Education and popular science
  1. Newton's laws in relativity
  2. "Calculus-based physics"
  3. The era of Einstein
  4. Why are calculus and linear algebra taught early?
  5. "In space, there's no up or down."
  6. Applied math and mathematical models (waves, walls, particles, noise, vector spaces) 
  7. Against moral thought experiments and for problem-solving
  8. Tips on learning and thinking (making connections, e.g. changing discrete to continuous; geometric interpretations -- sum of things invariant ==> ellipse, pythagorean invariant ==> like spacetime; find vector spaces in everything -- and find other things in everything) ... used to come up with various heuristics like "you need to write/teach what you learn", "you need to make connections", "you need to play with it", "you need to have a geometrical interpretation", "you need to skim through and fill in the gaps for yourself/discover for yourself" ... but fundamental points of learning are: honesty, having a mental framework, abstraction, original/creative thinking ("asking questions", experimenting, trying to fit various frameworks onto it, etc.) ... and on a more "human" note, confidence, figuring out what to emphasize.
Academia and sociology of science
  1. What even are pure and applied math, anyway?
  2. Positive vs normative social science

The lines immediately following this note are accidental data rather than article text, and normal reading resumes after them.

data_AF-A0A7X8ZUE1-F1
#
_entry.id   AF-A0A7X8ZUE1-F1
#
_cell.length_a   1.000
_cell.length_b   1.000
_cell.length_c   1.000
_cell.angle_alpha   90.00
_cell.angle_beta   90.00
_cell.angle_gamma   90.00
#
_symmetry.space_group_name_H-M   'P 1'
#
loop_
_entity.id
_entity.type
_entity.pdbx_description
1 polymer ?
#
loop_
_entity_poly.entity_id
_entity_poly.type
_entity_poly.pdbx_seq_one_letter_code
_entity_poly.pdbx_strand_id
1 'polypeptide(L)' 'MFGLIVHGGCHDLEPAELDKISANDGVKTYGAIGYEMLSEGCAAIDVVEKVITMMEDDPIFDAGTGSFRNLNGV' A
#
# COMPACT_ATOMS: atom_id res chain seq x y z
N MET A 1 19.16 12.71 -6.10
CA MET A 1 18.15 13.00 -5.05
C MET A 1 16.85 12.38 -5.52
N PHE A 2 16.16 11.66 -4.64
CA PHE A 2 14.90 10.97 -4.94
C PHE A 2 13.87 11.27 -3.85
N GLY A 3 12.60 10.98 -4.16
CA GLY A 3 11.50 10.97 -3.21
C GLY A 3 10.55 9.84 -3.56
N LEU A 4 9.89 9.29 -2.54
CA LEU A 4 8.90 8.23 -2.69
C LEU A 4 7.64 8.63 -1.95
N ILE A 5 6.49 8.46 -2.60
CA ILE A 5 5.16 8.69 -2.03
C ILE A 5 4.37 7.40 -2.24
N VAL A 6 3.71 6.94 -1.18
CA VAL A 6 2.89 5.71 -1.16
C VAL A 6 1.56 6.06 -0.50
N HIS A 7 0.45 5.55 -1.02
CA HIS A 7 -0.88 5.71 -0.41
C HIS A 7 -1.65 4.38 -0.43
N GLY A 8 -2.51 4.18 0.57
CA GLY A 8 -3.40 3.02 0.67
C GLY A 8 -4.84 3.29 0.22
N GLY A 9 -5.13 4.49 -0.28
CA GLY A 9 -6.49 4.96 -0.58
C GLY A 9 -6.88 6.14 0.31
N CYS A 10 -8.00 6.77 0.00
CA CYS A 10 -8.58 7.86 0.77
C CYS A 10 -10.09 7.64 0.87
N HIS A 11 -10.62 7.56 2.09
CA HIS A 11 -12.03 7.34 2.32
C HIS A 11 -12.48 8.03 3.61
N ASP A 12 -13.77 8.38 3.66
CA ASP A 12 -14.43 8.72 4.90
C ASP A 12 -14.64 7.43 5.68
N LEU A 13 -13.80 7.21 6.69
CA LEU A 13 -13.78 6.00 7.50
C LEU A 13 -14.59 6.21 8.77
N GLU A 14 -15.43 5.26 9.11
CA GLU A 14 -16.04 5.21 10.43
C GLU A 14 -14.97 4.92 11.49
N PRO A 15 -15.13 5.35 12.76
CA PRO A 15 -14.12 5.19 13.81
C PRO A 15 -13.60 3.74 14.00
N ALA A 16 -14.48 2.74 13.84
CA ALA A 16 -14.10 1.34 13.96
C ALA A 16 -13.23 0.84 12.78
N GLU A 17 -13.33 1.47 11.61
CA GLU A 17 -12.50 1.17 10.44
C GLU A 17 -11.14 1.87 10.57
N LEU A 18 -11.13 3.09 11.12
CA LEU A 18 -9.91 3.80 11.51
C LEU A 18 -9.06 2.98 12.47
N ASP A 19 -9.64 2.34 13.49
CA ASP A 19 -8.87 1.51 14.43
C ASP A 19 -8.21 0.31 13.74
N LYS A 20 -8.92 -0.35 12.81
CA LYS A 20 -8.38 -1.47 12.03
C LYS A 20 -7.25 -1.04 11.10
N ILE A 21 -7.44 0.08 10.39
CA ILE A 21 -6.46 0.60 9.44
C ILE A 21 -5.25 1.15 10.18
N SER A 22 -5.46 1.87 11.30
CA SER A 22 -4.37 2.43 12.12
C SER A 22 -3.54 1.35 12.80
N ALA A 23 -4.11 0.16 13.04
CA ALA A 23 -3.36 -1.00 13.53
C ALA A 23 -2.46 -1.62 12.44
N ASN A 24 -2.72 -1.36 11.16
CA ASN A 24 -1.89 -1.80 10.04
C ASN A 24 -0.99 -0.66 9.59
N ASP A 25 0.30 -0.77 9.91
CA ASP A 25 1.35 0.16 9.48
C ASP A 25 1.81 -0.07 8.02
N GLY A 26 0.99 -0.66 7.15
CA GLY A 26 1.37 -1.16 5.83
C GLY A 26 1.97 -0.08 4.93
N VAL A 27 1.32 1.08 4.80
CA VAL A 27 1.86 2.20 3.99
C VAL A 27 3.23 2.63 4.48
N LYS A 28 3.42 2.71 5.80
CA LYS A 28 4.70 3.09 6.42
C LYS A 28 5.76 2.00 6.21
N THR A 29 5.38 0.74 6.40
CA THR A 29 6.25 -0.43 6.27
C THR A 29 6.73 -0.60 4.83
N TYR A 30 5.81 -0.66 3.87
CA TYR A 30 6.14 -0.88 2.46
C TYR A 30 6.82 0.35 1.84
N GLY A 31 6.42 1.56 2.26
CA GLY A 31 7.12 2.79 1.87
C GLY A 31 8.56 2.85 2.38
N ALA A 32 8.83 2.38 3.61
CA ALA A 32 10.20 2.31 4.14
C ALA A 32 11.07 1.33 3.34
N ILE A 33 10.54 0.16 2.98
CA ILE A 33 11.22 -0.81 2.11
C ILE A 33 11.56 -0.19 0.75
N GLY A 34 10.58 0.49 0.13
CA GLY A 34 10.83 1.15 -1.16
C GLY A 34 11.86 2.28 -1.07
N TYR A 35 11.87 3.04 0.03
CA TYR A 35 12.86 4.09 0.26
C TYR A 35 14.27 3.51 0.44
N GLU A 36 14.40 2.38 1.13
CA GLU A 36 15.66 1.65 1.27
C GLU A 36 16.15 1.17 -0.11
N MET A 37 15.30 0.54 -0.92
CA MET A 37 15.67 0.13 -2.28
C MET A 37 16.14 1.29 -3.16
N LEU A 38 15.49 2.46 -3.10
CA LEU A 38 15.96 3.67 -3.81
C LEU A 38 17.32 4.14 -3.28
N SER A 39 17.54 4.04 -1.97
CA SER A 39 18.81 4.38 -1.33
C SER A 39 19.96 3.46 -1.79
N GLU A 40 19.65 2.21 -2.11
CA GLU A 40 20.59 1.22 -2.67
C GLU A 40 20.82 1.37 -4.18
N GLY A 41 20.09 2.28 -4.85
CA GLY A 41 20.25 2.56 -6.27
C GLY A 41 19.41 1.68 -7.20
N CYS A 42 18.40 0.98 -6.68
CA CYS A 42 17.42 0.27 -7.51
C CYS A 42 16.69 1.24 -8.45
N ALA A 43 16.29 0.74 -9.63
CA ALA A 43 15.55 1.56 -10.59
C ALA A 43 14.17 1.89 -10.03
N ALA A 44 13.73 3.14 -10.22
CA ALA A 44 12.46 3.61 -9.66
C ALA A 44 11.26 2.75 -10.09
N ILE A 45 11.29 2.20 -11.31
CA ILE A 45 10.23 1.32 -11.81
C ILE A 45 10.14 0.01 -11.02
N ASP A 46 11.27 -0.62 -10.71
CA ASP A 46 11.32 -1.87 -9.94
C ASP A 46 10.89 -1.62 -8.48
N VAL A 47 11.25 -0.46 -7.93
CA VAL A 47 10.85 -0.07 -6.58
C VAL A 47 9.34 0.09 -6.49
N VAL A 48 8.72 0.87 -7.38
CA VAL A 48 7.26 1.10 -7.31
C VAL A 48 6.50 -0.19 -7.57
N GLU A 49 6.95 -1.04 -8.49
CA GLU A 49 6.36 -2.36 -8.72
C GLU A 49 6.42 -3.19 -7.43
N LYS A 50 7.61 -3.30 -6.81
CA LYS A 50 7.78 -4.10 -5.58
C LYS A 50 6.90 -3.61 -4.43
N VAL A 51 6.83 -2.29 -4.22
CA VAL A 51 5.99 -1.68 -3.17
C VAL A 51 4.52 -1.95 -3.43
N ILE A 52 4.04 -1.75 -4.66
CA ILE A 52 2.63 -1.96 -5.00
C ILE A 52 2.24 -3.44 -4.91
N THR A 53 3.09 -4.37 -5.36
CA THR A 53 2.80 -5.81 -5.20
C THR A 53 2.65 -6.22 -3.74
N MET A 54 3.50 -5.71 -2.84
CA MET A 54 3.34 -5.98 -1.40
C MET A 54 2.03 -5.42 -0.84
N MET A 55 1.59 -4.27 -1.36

3. Why do people conflate philosophy with psychology?
  4. What does it mean to "lie with statistics" (also: "lying with rationality", etc.)  
  5. Aesop's studies (square smiley face, eyes, etc.)
Short topics
  1. Multiplicative calculus: Probability of immorality for a transhuman being
  2. Filters and hyperreal numbers: [abhimanyu.iogithub 1, github 2]
  3. Fractional calculus: [arXiv paper 1, arXiv paper 2]
  4. Generalised determinants: [arXiv paper]
  5. Fractals
Special things (functions, numbers, polynomials, sequences, etc.)
  1. Gamma, Bessel, Elliptic, Hypergeo, numbers and sequences
  2. Special polynomials
  3. Riemann hypothesis related stuff
Probability puzzles and "paradoxes"
Also see the actual Statistics courses.
  1. Why the Monty Hall problem is completely boring
  2. Born on a Tuesday
  3. Sex ratio puzzle
  4. Bertrand's paradox
  5. Two-envelopes problem: beyond the Bayesian explanation
  6. Anthropic principle and multiple pathways
Other interesting math problems
  1. Pi and collisions (the 3blue1brown problem)
  2. A curious infinite sum arising from an elementary geometric argument
  1. Using graphs to create images 
  2. Using Fourier series to create images
  3. Gridded cartograms

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